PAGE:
We really struggled to begin with, recalls Andrew.
We were up against at least four rival liquor companies locally, some of which had more than a hundred years of heritage. Our operations were tiny by comparison. For maybe two or three years, we lost money. At one point, I was even asking myself whether it was worth keeping going.
Rather than abandon distilling, Andrew and his team decided to change course. While the market for gin was fiercely competitive, whisky represented a niche where they would not be pitted against big Filipino competitors. The company thus launched its first whisky, which met with rather more success than its gins had. But what should be its next move? Andrew knew very well that his compatriots had a taste for brandy, but that it was all imported. Perhaps the time had come for a local variety.
The birth of Emperador
Although the Cognac region of France is brandy’s spiritual home, it was to the Spanish city of Jerez that Andrew traveled for inspiration. After all, this was where they made the delicious Fundador, with which he’d marked his graduation a decade or so earlier. The young entrepreneur delighted in visiting Jerez’s bodegas, the historic facilities that produce not just brandy but also the sherry for which the city is most famous. He watched and listened intently as the master distillers explained their age-old craft.
Not only did Andrew need to understand the brandy making process, he also needed a name for his future product. During a visit to Seville, he turned to a Spanish friend for advice, mentioning his admiration for Fundador.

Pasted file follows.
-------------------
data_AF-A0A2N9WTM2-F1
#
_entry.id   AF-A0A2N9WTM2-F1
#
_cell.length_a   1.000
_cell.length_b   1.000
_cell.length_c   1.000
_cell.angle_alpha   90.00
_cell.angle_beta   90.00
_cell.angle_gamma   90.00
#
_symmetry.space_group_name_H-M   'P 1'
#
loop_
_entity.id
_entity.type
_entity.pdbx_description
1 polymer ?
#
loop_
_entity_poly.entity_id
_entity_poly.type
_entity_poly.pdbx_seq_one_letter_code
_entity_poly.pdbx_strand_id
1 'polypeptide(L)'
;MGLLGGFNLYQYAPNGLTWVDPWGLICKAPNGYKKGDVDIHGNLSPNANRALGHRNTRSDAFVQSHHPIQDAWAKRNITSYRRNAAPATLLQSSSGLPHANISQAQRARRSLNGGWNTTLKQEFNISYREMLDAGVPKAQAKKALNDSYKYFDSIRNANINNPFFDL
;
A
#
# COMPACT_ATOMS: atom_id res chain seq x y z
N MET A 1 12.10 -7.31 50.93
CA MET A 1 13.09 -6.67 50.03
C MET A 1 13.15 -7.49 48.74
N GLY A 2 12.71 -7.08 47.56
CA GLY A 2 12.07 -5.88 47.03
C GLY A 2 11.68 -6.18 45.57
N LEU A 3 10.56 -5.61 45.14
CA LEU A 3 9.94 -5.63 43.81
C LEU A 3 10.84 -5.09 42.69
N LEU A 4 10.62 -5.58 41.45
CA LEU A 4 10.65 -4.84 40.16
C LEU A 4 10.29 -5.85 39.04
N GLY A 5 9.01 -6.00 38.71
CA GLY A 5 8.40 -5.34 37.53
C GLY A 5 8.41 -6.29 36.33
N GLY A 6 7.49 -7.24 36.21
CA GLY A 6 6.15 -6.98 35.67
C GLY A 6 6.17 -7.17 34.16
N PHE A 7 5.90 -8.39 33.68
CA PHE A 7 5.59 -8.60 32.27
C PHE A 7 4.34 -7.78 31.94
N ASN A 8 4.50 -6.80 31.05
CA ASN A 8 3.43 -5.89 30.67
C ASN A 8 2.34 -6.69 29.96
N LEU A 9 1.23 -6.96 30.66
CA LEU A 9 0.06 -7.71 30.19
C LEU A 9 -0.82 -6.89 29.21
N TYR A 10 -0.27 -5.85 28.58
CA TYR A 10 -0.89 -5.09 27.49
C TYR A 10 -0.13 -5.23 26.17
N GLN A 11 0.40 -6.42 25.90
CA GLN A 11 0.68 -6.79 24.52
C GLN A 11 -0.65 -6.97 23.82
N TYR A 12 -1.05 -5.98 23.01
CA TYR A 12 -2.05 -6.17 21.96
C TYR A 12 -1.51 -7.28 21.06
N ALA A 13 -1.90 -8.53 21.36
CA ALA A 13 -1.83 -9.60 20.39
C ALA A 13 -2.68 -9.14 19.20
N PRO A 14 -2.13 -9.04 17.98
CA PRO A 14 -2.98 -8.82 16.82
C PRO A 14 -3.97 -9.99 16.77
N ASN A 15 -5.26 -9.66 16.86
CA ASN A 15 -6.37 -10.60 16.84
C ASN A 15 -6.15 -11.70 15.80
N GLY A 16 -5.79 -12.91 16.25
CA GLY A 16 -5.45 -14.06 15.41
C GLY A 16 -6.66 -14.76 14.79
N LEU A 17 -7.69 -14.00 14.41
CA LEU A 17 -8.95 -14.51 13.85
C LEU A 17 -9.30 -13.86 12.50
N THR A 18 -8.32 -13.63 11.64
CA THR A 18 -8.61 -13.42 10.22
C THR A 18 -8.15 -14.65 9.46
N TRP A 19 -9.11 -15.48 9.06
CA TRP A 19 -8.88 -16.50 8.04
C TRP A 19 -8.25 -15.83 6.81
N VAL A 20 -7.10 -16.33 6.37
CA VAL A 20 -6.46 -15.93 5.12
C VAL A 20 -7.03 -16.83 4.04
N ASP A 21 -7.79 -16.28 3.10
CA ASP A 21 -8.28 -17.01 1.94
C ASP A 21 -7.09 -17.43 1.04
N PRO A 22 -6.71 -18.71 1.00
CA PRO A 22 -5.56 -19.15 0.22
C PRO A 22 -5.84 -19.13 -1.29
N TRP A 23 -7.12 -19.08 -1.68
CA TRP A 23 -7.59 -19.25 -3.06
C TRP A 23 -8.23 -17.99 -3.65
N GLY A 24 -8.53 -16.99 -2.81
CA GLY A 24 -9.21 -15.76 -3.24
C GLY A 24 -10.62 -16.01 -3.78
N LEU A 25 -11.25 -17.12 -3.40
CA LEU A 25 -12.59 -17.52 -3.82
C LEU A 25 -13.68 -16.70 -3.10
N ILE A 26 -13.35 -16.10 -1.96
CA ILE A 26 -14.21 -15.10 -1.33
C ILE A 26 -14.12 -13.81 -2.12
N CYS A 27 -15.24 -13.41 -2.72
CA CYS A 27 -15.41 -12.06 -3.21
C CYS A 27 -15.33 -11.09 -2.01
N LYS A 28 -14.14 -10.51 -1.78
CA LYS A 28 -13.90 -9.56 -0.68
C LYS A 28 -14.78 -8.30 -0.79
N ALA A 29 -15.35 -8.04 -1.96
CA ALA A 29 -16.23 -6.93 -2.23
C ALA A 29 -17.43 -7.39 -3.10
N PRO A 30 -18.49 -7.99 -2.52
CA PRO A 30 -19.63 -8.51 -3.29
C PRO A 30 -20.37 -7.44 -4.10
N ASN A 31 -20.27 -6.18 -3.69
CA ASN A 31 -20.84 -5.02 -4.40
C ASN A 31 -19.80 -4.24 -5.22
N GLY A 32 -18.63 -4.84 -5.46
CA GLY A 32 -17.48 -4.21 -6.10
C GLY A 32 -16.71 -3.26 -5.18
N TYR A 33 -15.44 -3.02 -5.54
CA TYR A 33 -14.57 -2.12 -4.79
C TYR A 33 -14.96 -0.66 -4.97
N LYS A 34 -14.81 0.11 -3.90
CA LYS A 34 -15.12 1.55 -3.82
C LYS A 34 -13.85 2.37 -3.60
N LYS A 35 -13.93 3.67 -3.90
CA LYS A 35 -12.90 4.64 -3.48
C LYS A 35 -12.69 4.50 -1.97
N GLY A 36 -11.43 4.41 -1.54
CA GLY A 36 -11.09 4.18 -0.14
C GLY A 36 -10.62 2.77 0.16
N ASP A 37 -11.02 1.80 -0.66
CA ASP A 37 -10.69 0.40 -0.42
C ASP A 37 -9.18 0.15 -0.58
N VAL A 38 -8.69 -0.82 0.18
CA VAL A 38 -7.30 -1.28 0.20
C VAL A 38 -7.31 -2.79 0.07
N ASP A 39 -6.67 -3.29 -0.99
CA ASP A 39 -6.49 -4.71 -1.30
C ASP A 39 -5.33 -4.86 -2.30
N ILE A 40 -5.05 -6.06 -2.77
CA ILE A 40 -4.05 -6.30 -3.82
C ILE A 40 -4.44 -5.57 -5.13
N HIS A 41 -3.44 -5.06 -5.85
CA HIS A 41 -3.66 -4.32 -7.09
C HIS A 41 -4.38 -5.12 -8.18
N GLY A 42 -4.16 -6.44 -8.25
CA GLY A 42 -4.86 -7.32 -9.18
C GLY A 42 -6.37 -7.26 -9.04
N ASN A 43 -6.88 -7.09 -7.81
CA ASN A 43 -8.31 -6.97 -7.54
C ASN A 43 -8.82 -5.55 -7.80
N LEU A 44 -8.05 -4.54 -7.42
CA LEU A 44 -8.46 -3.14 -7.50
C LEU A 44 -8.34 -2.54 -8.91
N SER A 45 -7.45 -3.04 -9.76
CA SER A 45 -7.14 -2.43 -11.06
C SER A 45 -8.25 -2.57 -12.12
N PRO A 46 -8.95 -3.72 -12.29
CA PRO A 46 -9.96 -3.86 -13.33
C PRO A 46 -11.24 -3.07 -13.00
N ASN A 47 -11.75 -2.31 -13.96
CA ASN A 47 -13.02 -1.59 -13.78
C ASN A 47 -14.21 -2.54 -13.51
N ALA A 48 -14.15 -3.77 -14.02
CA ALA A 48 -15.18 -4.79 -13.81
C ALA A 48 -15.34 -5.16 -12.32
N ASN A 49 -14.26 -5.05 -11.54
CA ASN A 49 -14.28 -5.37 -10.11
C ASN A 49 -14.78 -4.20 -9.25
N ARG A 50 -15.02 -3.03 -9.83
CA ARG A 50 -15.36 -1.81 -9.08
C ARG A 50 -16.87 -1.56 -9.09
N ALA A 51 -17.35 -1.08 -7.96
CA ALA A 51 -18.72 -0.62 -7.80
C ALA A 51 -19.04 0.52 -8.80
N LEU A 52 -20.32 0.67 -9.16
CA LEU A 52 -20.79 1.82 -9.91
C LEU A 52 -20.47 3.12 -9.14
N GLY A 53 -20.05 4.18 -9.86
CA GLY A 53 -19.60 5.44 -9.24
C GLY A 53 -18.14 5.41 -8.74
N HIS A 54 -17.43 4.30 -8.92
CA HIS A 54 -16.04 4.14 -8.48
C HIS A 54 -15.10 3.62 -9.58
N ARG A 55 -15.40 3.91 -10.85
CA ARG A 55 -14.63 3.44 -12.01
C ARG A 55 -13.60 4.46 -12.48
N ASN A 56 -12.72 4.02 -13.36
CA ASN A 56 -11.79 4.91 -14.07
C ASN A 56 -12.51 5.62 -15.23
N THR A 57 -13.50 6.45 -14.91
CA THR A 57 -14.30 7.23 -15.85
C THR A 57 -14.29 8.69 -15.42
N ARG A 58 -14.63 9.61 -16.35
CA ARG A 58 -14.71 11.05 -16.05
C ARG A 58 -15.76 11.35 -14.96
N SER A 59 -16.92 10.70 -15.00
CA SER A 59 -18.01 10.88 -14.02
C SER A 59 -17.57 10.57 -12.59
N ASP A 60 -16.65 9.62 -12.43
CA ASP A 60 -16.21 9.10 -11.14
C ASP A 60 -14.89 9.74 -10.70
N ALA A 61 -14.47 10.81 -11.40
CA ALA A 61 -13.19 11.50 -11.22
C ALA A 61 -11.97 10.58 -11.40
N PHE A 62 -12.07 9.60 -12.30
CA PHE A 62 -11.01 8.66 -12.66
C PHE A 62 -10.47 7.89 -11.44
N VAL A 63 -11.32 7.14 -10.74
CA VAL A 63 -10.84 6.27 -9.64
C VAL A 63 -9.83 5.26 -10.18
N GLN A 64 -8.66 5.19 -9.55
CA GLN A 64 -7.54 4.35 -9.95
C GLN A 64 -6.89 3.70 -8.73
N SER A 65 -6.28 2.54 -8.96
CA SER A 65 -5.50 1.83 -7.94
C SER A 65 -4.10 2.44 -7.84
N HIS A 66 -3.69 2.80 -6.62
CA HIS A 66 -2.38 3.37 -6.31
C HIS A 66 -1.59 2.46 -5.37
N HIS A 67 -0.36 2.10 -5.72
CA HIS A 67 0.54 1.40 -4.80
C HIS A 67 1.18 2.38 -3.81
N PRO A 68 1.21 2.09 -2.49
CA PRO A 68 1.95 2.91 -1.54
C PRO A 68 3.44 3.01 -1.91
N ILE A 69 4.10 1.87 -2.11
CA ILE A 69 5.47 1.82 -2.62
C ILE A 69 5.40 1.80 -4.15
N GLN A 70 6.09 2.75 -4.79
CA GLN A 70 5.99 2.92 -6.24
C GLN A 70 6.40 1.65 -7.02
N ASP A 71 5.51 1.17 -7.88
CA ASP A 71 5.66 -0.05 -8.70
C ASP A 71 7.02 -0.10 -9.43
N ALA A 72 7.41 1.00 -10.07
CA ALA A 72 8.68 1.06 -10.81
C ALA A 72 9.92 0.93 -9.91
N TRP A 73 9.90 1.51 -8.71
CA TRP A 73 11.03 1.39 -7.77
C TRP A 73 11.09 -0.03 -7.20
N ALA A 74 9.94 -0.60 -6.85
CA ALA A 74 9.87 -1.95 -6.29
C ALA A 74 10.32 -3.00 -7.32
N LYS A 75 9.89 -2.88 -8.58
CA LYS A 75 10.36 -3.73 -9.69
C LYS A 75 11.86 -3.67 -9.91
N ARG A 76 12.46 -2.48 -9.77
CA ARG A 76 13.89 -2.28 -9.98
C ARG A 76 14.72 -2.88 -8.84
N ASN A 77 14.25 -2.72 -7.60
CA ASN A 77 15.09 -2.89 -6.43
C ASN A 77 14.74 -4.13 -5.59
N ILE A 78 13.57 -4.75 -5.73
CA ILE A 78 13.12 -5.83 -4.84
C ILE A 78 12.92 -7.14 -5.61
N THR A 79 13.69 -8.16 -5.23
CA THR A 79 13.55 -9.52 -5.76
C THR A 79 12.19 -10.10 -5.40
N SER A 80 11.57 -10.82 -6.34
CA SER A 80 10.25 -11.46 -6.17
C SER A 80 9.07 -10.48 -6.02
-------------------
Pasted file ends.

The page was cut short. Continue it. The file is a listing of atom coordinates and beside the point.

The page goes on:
He thought about it overnight and suggested Conquistador, which means ‘conqueror’ in Spanish, says Andrew.
Given that the Philippines had been conquered by Spain a few centuries earlier, I gently replied that this might not go down too well back home. He went away and returned with the name Emperador, meaning ‘emperor.’ I really liked it and so that’s what we settled on.
It took several years to bring Emperador to fruition. In 1990, though, Filipinos took their initial sips of their nation’s first locally produced brandy. And they quickly developed a liking for it. So much did the spirit shape the fortunes of Andrew’s company that he subsequently decided to rename the whole organization – then called Consolidated Distillers of the Far East – as Emperador Inc. Just over two decades later, the eponymous liquor was selling more than 400 million bottles a year across Asia. However, the imperial thirst for expansion was not nearly quenched.
Emperador’s Asian growth – driven partly by the rapid rise of the region’s middle class – contrasted with the experience of many European distillers at the time. While dark spirits such as brandy were still in demand, increasing sales were hard to come by. Andrew, however, saw opportunity. In 2013, he went to Spain to acquire the San Bruno bodega and vineyards in Jerez. Two years later, he returned to complete the purchase of a further selection of household name sherries and brandies, including Fundador.
That acquisition was a real milestone for a Filipino company, says Andrew’s son Kevin.
Fundador had inspired us from the very beginning. Not only had Emperador gone on to outsell that brand, here we were actually buying Fundador ourselves, along with its incredible heritage that went back over a century before ours. I think that deal really helped to put the Philippines on the map as a global investor.
Raising the Filipino flag: Acquisition & diversification
Besides brandy, aspirational Asian consumers were showing an increasing appetite for whisky. They had long enjoyed the locally produced varieties, such as that which Andrew had started out distilling many years before. But with their fast increasing disposable incomes, they were turning to more expensive imported varieties, especially from Scotland, the birthplace of whisky. When the historic Whyte & Mackay brand came up for sale in 2014, Emperador Inc. stepped forward.